Halimoh Farah’ story
Halimo Farah is 57 years old. She has four children but lost seven others. One of her children stays with her in the village (Qaloocato), back in the rural, the other three are in Hargeisa, the capital of Somaliland, for work. Her husband stays in Hargeisa with another wife. In her village, the community benefited in cash for work, water conservation, poultry and livestock projects supported by World Vision.
She is one of the community members who benefited from the poultry project because she already had experience in poultry farming. Twenty years ago, she used to keep poultry in Hargeisa.
Through the poultry farming project as part of Farmer Managed Natural Regeneration (FMNR) programme implemented by World Vision, Halimoh was given six hens and bought more. Now, she has 25 hens, and she collects eggs every day. After a week, when she has accumulated enough (40/50 eggs), she sells them to community members in Odweyne (in the neighbouring village) or to Burao. She also cooks some of the eggs for her family.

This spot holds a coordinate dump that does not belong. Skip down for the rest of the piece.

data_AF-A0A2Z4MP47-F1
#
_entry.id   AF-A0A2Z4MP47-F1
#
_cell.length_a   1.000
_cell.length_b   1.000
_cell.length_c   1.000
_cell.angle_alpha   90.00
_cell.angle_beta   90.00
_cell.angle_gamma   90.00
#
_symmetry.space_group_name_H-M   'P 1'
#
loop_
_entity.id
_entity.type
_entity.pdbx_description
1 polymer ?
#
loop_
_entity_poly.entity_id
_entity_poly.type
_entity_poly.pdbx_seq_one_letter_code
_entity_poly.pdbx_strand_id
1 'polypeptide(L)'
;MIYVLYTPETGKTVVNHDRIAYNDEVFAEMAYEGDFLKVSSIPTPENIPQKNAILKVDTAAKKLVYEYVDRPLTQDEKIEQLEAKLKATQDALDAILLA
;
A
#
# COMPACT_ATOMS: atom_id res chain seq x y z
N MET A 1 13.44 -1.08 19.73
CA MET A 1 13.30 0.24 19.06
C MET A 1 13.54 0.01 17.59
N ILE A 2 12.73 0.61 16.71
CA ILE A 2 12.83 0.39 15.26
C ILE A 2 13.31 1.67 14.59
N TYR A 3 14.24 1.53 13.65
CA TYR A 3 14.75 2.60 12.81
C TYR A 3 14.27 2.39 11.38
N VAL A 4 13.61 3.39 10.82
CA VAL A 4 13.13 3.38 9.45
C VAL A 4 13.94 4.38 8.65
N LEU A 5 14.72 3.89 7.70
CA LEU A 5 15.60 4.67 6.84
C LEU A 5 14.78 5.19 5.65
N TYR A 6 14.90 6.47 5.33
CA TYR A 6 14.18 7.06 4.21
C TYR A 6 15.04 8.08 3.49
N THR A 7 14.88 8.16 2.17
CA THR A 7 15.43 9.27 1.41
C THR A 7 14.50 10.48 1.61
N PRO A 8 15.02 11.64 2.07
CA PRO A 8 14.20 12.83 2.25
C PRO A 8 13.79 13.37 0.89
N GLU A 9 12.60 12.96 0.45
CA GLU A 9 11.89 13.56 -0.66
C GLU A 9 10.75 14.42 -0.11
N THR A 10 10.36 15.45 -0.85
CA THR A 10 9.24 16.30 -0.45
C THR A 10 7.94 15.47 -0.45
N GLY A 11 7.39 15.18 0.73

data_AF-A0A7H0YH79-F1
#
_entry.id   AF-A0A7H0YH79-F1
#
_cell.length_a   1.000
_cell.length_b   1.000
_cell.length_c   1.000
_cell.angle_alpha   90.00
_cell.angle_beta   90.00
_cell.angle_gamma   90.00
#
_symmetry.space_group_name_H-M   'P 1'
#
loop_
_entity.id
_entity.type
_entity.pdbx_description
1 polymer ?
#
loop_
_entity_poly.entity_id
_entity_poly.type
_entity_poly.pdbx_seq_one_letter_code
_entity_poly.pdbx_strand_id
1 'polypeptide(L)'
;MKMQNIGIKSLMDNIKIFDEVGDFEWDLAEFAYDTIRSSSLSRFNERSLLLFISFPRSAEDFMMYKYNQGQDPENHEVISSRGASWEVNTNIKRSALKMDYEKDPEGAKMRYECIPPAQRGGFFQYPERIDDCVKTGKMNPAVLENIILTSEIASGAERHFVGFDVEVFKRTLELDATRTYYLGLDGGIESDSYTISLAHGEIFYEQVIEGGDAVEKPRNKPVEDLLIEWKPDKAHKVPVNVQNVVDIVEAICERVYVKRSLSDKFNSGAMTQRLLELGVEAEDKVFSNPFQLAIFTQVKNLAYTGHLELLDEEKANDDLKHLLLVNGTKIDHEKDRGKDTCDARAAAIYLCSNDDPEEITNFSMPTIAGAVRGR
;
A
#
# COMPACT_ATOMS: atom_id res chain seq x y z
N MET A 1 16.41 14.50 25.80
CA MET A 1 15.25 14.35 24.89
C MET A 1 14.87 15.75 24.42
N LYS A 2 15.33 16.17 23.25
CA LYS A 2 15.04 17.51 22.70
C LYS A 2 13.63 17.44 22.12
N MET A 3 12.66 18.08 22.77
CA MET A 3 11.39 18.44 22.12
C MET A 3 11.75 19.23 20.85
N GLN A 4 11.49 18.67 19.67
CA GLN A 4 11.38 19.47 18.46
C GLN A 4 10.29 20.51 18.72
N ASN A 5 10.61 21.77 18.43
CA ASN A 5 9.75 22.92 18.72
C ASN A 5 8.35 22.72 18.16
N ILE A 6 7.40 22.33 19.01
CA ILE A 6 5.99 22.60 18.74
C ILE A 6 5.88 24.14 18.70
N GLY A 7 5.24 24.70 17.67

Halimoh has also a small business of selling shoes to help her generate extra income.
“Before, I used to stay at home doing nothing.
Before the drought in 2016/2017, she had 30 goats and 28 of them died during the drought. She was left with one as she had to sell the second to get some income.
Ahmoud, 55, is a community leader. A father of fifteen children and husband to three wives has also benefitted and learnt a lot from the FMNR project to be able to apply techniques to enable him to sustain his family during hard times of drought. He is part of the “Qaloocato FMNR site group. Here, he learned tree management. He had never planted a tree before. Soon they will develop a tree nursery, which will help them to plant the trees outside of the FMNR site. He also learned some environment protection practices.
When Somaliland was affected by recurrent droughts, he lost most of his livestock. Ahmoud is now focusing on farming such as sorghum, onions and watermelons.
During the training, he also learned how to store food and grass (fodder) for his remaining livestock. He also taught some of his children farming and tree planting skills.